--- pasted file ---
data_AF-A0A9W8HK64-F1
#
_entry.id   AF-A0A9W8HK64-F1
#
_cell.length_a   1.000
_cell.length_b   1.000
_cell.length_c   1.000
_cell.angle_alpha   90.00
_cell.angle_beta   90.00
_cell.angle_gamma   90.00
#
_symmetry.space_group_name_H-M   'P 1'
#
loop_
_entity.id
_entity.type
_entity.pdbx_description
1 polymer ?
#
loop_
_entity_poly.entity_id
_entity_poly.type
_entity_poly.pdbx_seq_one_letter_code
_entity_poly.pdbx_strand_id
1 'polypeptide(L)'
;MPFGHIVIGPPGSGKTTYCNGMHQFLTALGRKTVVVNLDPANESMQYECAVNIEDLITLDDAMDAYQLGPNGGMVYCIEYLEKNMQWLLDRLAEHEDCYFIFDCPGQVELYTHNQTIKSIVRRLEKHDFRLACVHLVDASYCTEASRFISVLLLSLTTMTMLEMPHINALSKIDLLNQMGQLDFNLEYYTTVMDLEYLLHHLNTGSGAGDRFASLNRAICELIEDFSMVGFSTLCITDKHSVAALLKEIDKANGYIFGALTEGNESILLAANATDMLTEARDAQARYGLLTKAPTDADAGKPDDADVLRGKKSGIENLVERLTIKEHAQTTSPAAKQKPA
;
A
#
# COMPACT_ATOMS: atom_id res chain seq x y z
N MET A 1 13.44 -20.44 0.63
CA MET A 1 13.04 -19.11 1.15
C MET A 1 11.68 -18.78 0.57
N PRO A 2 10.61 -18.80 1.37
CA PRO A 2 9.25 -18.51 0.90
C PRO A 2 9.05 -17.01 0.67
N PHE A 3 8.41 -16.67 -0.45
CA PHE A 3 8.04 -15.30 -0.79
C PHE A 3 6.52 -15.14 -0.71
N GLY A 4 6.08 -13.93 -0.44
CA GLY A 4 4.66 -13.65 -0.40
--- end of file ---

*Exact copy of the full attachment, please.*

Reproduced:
data_AF-A0A9W8HK64-F1
#
_entry.id   AF-A0A9W8HK64-F1
#
_cell.length_a   1.000
_cell.length_b   1.000
_cell.length_c   1.000
_cell.angle_alpha   90.00
_cell.angle_beta   90.00
_cell.angle_gamma   90.00
#
_symmetry.space_group_name_H-M   'P 1'
#
loop_
_entity.id
_entity.type
_entity.pdbx_description
1 polymer ?
#
loop_
_entity_poly.entity_id
_entity_poly.type
_entity_poly.pdbx_seq_one_letter_code
_entity_poly.pdbx_strand_id
1 'polypeptide(L)'
;MPFGHIVIGPPGSGKTTYCNGMHQFLTALGRKTVVVNLDPANESMQYECAVNIEDLITLDDAMDAYQLGPNGGMVYCIEYLEKNMQWLLDRLAEHEDCYFIFDCPGQVELYTHNQTIKSIVRRLEKHDFRLACVHLVDASYCTEASRFISVLLLSLTTMTMLEMPHINALSKIDLLNQMGQLDFNLEYYTTVMDLEYLLHHLNTGSGAGDRFASLNRAICELIEDFSMVGFSTLCITDKHSVAALLKEIDKANGYIFGALTEGNESILLAANATDMLTEARDAQARYGLLTKAPTDADAGKPDDADVLRGKKSGIENLVERLTIKEHAQTTSPAAKQKPA
;
A
#
# COMPACT_ATOMS: atom_id res chain seq x y z
N MET A 1 13.44 -20.44 0.63
CA MET A 1 13.04 -19.11 1.15
C MET A 1 11.68 -18.78 0.57
N PRO A 2 10.61 -18.80 1.37
CA PRO A 2 9.25 -18.51 0.90
C PRO A 2 9.05 -17.01 0.67
N PHE A 3 8.41 -16.67 -0.45
CA PHE A 3 8.04 -15.30 -0.79
C PHE A 3 6.52 -15.14 -0.71
N GLY A 4 6.08 -13.93 -0.44
CA GLY A 4 4.66 -13.65 -0.40